4. Women with a personal history of breast cancer

Top

Current policy

  • Women who have had breast cancer and breast conserving surgery (BCS) are not eligible for the Program.
  • Women who have had breast cancer and mastectomy are eligible for the Program but are discouraged from attending.
  • BSV will screen women who have been treated by mastectomy (with or without reconstruction) using routine two-view mammography of the unaffected breast.
  • BSV will not image the mastectomy flap or any reconstruction (regardless of method).
  • Only women with mammographic abnormalities are recalled to assessment.
  • Women are reinvited annually.
  • Women strongly encouraged to see own doctor for annual clinical evaluation.

New policy

  • Women who have had breast cancer and mastectomy OR breast conserving surgery (BCS) are eligible for the Program:
  • once it is five years since their date of diagnosis
  • If deemed appropriate by their treating team
  • Women previously diagnosed  by BreastScreen Victoria will not be reinvited from client base, it will be up to woman to re-enrol  after a minimum of five years since her diagnosis and with consultation with her treating team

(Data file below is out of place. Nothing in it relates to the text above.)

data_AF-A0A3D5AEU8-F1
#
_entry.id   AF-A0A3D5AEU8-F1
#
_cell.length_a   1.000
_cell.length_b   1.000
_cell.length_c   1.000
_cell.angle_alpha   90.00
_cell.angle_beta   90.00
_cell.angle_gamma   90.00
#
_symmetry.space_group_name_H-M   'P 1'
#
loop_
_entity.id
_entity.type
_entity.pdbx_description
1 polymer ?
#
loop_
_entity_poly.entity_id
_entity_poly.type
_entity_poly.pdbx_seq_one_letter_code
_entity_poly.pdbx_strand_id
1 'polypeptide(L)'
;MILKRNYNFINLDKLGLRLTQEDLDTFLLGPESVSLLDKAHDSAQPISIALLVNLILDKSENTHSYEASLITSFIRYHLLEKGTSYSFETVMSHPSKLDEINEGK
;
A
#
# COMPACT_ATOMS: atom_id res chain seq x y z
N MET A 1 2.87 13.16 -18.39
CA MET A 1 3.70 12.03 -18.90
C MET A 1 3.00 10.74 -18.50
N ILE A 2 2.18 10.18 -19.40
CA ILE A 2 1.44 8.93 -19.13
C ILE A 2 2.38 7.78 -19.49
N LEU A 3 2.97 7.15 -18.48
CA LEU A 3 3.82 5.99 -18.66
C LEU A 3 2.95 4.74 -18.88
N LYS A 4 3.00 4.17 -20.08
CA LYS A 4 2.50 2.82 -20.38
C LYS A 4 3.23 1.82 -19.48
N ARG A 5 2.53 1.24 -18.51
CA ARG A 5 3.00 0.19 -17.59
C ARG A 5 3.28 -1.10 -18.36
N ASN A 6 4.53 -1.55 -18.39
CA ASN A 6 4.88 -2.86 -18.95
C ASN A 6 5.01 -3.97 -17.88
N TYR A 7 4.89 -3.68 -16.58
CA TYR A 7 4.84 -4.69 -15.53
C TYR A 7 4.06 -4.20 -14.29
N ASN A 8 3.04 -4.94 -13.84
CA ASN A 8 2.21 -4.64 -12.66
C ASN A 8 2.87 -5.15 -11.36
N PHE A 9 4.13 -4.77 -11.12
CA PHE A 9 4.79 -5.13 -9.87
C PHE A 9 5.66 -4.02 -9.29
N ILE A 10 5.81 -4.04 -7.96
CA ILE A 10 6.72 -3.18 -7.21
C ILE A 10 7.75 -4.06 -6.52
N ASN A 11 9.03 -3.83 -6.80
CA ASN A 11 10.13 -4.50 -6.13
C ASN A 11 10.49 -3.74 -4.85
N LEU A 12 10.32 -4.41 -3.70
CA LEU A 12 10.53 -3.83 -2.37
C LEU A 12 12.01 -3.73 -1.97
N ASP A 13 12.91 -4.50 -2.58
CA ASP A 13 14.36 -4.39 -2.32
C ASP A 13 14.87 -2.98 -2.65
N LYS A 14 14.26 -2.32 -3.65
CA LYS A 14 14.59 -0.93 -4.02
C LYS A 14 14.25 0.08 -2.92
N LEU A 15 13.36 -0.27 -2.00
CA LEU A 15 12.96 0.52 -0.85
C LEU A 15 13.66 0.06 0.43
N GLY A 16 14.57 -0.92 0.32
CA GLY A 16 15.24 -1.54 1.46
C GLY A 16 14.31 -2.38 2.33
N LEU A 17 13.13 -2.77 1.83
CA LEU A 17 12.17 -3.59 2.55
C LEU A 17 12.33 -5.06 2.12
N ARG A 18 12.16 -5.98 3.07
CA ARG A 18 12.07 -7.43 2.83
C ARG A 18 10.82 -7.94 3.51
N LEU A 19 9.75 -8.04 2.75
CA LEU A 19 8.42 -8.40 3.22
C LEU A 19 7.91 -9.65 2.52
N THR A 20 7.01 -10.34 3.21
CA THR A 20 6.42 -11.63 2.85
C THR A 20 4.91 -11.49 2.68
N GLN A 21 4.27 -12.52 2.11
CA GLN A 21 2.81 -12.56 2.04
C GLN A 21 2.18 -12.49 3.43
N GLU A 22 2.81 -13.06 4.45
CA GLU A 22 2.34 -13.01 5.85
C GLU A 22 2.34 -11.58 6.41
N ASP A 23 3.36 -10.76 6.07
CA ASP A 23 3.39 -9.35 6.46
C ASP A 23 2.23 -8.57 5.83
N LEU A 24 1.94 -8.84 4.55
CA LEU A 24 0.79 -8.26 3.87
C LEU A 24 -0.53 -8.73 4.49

• BSV will screen women who have been treated by breast conserving surgery with standard routine two-view mammography of each remaining breast.
  • BSV will screen women who have been treated by mastectomy (with or without reconstruction)using routine two-view mammography of the unaffected breast.BSV will not image the mastectomy flap or any reconstruction (regardless of method).
  • Only women with mammographic abnormalities will be recalled to assessment for further investigations.
  • Annual reminder letters will not be sent after a woman is over 74 years of age although women can continue to return annually on request.
  • Women will be strongly encouraged to see own doctor for annual clinical evaluation.

5. Who was involved in the policy changes?

Top

An interdisciplinary Clinical Reference Group was convened to advise the review process. The members included Dr Jill Evans (State Radiologist VIC), Dr Warwick Lee (State Radiologist NSW), Ms Cathy Poliness (Surgeon), Mr Stewart Hart (Breast Surgeon and Surgical Oncologist) and Prof Bruce Mann (Breast Surgeon and Surgical Oncologist).

6. When will the policy changes be active?

Top

The policy changes are expected to take effect in July 2015.

7. I’m a GP or a practice nurse, what do I tell my patients about these changes?

Top
  • Alert women to changes in eligibility where appropriate (from July 16 2015)
  • Support women through assessment or with a diagnosis
  • Educate your patients on screening and early detection
  • Have BSV resources available in practice
  • Recommend screening for women 50-74
  • Use the PEN CS Clinical Audit Tool to highlight women due for screening
  • Add breast screening to suite of recalls.

For further information, please contact: policy@breastscreen.org.au